Hydraulic System Basics
Hydraulic power steering system’s rely on the hydraulic principles of flow, pressure and work. These principles can be confusing but having an understanding of the principles will help diagnose power steering system faults and therefore solve the problem quickly and cheaply.
Power steering systems need pressure and flow, or more accurately adequate flow at the required pressure to complete the work required of the system, in this case turning the steer wheels.
Pressure in a hydraulic system is most easily understood as the ability to resist a force or load. Think about a weight sitting on a closed and sealed hydraulic cylinder, the pressure created in the cylinder is proportional to the piston diameter and the weight. If you halve the weight the pressure is halved refer fig 1. Without flow the mass will not be able to be moved.
The flow in a hydraulic system determines how fast we can move something. Once again think of two identical cylinders which are connected to high
flow and low flow pumps respectively, refer fig 2. Everything else being equal and assuming the pump generates enough pressure to move the weight in question the pump with twice the flow will move a mass twice as quickly or in half the time. Therefore the pump flow rate will control the speed of operation of the power steering system.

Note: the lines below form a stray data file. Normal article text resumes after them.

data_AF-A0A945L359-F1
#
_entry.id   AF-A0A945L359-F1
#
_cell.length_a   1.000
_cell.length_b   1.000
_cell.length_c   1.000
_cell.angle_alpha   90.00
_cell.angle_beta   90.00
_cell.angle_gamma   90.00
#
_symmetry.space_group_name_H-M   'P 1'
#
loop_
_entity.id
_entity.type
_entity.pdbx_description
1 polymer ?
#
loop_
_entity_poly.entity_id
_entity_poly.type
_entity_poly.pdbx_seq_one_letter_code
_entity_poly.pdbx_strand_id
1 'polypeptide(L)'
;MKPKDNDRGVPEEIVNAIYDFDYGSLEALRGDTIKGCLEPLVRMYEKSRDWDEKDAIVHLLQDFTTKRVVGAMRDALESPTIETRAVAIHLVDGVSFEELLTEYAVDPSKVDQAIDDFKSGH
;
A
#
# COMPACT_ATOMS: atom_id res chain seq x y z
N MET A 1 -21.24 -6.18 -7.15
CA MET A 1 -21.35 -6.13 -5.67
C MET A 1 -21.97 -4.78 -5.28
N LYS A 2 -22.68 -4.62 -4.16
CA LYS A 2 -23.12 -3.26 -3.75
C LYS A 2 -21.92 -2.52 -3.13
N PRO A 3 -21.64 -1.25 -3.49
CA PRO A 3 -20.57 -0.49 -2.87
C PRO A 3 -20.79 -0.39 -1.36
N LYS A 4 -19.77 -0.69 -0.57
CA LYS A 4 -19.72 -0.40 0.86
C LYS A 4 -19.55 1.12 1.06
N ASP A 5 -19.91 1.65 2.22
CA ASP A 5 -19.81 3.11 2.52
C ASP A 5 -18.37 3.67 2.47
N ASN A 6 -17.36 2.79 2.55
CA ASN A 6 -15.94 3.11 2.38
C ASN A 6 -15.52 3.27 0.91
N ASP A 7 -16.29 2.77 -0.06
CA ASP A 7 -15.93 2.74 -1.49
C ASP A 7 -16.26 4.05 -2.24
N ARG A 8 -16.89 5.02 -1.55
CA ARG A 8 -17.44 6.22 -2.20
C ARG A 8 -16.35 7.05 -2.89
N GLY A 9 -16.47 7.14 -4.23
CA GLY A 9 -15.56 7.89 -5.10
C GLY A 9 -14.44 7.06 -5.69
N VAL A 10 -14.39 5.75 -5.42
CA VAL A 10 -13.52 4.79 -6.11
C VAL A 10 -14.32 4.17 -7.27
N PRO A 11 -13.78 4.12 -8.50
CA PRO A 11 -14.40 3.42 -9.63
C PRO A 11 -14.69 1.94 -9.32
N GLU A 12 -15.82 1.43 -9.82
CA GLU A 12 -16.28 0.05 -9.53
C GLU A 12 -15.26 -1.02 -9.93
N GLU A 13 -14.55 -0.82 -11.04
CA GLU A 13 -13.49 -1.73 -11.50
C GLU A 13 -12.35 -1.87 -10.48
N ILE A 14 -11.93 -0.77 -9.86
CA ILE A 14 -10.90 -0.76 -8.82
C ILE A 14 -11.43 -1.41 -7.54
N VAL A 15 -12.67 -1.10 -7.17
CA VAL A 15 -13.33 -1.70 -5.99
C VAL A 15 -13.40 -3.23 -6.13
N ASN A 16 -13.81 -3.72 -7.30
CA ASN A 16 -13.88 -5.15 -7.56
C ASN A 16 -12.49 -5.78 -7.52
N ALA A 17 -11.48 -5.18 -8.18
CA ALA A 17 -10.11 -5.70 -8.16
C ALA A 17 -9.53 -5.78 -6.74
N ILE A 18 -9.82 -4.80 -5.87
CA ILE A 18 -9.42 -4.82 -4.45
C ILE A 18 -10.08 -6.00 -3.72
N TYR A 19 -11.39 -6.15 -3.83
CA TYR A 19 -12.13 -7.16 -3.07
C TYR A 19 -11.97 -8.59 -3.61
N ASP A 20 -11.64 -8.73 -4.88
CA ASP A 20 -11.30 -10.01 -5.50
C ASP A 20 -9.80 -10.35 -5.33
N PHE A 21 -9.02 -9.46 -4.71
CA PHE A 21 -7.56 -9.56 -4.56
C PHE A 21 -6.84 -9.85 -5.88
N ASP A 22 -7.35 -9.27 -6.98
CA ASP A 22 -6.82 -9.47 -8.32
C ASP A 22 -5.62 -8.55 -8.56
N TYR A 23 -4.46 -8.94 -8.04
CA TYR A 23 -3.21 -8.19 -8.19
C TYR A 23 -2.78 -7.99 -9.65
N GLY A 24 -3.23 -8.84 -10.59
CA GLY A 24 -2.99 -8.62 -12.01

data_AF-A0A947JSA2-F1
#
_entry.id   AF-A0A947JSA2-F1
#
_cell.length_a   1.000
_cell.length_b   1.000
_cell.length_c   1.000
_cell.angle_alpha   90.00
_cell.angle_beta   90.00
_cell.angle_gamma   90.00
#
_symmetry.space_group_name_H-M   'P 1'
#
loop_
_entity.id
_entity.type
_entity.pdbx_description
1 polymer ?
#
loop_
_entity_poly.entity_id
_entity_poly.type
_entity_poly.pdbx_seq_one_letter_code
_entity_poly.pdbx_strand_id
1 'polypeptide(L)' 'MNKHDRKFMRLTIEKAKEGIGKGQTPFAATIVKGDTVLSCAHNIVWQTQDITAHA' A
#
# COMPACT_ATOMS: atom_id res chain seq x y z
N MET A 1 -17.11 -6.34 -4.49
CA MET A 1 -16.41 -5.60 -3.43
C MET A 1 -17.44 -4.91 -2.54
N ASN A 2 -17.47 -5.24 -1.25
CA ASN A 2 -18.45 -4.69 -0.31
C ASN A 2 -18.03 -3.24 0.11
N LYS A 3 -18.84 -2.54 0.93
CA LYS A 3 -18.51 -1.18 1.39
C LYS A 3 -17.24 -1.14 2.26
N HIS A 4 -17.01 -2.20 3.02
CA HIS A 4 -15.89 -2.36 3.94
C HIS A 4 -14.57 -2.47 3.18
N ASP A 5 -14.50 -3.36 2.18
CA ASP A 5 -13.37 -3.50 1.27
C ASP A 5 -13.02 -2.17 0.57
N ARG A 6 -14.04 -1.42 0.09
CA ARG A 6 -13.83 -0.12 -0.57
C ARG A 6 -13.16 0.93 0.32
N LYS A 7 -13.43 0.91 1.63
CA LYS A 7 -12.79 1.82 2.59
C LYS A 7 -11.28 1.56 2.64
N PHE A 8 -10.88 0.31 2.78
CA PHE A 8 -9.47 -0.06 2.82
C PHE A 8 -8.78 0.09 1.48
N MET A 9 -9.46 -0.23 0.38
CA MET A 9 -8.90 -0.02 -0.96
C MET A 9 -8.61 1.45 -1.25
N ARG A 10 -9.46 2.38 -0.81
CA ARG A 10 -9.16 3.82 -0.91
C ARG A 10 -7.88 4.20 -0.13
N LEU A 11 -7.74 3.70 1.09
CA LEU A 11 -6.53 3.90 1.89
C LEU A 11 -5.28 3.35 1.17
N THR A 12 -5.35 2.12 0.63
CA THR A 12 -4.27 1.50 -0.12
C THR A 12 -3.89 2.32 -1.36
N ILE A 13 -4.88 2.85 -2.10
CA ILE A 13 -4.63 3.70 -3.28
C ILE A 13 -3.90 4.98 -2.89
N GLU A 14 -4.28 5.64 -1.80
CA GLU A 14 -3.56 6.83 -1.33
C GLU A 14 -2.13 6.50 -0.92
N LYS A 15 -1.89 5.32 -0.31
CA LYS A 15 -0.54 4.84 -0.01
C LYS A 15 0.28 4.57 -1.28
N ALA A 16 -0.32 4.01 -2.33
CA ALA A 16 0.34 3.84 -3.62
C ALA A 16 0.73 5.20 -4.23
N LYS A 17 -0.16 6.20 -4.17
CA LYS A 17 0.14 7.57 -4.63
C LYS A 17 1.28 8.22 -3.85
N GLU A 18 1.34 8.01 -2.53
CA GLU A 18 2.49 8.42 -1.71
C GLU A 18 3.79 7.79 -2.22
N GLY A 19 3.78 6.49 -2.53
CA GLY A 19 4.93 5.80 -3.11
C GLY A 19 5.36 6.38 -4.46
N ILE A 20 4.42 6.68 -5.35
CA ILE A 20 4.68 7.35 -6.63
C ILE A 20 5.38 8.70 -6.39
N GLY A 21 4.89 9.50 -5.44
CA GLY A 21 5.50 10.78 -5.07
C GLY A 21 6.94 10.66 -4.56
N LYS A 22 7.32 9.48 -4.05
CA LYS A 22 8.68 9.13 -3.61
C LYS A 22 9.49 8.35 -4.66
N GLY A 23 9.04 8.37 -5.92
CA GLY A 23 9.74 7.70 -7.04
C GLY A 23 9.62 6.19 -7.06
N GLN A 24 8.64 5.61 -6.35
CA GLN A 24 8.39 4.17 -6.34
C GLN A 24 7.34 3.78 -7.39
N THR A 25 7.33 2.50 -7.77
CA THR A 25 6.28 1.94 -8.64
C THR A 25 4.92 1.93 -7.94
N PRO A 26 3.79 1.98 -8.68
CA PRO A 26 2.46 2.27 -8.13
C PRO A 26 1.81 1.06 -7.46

Without flow and pressure in a hydraulic system no “work” can be done. In a power steering system work can be thought of as turning the steer wheels against the friction and self centering action, at the required speed. If we have pressure but no flow we can hold the steer wheels in place against the systems tendency to self center (assuming we are moving) and if we have flow but no pressure we will not be able to provide enough force to resist the self centering action.
Keep an eye out for part two of this article where we deed dive into the detail of how this works on a vehicle.